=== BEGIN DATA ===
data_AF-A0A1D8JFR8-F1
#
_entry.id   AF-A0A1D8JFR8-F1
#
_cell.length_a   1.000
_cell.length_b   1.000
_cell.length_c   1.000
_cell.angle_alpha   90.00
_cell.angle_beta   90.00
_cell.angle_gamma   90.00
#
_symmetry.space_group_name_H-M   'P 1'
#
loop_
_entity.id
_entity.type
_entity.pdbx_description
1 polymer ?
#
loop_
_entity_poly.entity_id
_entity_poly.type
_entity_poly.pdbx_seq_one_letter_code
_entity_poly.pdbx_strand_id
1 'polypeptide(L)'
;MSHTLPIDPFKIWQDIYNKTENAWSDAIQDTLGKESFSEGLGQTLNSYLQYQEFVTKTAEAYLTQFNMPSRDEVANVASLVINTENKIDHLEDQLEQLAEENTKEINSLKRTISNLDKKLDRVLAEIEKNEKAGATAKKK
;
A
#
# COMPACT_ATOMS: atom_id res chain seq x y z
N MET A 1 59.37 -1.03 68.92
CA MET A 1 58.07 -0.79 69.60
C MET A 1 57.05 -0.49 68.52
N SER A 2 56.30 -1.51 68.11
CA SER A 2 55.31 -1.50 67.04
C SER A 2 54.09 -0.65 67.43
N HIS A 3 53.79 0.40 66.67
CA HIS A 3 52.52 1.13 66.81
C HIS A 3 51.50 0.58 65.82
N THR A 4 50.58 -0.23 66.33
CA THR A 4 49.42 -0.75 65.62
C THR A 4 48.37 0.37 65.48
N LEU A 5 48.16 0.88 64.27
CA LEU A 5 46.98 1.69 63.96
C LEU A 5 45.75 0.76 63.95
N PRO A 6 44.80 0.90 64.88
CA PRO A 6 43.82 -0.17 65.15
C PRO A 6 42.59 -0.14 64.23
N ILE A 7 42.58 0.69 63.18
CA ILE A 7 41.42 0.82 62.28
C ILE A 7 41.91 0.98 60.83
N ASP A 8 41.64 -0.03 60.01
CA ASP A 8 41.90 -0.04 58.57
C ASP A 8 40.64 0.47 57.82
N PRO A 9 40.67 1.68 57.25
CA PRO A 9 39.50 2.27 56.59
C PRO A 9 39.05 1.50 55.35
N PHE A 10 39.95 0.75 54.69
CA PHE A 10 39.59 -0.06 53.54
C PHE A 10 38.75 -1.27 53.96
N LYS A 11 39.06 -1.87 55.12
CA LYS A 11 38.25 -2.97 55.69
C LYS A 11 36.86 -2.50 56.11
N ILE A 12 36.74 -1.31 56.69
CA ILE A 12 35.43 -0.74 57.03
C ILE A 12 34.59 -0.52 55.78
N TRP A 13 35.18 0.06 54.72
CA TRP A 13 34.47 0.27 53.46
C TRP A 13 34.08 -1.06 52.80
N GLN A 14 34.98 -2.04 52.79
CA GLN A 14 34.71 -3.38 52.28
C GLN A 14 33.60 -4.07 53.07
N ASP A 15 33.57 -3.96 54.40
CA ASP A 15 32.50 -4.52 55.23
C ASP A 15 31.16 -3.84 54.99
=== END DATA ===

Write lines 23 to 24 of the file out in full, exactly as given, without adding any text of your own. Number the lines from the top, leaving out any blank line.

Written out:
_entity_poly.pdbx_seq_one_letter_code
_entity_poly.pdbx_strand_id